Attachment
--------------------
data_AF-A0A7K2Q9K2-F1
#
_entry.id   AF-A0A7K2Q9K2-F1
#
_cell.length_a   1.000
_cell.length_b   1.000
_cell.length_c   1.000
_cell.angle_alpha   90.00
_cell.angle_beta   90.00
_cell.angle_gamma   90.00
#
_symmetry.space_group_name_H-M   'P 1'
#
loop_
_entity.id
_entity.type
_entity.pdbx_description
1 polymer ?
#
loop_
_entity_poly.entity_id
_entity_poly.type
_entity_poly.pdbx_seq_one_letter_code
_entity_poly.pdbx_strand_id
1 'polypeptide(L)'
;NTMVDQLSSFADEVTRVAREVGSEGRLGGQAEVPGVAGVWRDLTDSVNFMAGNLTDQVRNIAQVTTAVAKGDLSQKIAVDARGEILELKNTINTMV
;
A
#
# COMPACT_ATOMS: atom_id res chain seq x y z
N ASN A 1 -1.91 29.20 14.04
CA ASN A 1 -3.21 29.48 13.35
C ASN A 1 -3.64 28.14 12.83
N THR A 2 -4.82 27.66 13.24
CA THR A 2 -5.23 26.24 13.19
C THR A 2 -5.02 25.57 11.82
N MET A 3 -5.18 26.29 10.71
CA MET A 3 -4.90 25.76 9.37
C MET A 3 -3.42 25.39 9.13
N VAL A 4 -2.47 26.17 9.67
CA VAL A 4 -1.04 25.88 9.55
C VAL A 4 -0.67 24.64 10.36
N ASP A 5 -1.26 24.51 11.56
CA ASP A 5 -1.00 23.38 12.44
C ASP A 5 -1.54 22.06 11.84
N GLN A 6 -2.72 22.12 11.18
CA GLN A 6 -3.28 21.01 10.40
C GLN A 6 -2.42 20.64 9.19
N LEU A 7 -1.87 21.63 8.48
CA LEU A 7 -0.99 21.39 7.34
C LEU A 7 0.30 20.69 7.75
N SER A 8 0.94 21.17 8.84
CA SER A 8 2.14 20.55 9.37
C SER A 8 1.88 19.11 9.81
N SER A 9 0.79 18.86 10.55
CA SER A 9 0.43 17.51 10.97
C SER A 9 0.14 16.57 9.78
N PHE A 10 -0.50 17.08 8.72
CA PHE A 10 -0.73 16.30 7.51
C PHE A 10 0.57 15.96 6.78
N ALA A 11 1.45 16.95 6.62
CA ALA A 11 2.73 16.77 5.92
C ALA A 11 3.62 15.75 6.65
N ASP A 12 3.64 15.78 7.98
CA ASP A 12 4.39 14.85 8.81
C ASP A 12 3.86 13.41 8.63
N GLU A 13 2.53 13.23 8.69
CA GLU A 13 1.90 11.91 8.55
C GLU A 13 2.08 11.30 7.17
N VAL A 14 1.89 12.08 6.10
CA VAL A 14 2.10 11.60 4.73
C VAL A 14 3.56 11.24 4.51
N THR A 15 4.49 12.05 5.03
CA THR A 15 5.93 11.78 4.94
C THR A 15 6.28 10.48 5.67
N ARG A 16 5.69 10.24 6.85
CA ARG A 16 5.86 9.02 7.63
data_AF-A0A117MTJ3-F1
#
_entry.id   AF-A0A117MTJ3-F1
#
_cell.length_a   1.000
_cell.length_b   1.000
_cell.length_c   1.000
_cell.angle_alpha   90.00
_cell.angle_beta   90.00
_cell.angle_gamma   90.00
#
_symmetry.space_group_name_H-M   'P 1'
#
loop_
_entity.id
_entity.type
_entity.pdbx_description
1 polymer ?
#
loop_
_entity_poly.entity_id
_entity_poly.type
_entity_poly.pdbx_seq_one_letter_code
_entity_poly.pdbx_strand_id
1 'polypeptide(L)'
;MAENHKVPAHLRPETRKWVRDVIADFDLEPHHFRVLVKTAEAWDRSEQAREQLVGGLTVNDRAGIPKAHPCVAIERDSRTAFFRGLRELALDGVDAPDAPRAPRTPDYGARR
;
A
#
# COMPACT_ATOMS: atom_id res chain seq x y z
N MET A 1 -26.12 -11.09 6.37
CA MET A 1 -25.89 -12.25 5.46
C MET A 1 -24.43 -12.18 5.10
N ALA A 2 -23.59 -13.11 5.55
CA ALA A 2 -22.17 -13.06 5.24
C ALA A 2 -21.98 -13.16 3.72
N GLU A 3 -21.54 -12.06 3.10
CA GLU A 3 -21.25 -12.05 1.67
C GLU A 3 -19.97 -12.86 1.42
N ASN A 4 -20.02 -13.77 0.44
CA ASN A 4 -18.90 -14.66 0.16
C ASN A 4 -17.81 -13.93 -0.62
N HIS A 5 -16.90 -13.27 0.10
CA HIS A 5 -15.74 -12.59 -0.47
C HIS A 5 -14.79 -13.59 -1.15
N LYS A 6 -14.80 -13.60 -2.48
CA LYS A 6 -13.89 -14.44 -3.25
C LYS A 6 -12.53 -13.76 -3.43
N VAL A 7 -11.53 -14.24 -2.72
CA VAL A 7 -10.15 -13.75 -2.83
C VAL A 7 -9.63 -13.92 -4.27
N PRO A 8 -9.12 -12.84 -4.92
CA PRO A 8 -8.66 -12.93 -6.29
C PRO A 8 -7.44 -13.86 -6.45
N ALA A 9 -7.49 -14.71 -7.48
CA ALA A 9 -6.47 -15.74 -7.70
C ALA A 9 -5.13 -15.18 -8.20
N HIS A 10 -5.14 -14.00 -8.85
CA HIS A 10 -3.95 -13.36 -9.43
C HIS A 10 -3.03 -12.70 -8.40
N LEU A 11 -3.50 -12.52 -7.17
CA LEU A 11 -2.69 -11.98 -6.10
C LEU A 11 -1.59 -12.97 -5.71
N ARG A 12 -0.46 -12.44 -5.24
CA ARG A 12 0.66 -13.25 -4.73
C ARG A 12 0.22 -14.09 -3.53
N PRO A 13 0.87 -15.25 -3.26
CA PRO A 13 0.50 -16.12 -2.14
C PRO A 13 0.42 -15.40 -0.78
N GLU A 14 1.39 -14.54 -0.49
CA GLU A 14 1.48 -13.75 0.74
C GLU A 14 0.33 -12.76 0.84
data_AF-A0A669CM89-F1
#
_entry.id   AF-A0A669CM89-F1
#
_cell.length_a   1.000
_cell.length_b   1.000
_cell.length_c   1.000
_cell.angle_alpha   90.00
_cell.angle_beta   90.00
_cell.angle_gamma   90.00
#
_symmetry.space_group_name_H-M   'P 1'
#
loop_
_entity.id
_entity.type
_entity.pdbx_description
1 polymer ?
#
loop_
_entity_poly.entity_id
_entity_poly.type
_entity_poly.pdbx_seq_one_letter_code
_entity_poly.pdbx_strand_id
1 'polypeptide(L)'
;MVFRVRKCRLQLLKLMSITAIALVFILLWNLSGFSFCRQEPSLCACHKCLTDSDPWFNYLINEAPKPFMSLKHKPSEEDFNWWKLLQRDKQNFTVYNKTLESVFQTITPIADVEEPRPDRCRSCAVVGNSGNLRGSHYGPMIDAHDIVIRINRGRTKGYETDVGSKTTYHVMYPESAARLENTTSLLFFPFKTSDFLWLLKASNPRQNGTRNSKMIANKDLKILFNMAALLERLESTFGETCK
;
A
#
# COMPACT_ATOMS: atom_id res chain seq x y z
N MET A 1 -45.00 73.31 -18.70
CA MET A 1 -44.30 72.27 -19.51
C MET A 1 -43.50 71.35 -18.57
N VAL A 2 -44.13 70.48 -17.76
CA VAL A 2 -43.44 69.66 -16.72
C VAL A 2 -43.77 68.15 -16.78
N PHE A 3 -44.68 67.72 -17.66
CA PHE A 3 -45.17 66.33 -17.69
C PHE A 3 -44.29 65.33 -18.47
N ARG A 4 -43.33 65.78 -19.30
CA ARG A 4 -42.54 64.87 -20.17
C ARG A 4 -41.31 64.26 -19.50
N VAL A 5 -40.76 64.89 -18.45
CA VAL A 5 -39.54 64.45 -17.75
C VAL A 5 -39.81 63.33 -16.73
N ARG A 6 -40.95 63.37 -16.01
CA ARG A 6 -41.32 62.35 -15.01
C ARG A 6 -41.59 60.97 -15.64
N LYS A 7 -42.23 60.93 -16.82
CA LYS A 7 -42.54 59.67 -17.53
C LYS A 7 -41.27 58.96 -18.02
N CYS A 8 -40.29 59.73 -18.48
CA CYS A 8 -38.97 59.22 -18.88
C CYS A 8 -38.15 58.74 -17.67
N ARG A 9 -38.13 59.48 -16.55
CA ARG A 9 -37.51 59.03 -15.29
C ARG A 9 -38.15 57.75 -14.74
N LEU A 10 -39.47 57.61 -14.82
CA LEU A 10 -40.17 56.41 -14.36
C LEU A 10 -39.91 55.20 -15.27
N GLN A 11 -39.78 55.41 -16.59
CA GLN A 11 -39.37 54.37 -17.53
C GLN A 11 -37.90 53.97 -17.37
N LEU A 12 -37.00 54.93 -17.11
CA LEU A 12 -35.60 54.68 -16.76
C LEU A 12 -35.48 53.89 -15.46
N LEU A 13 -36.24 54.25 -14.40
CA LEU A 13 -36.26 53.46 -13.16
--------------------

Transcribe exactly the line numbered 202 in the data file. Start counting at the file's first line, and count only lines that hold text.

CA CYS A 8 -38.97 59.22 -18.88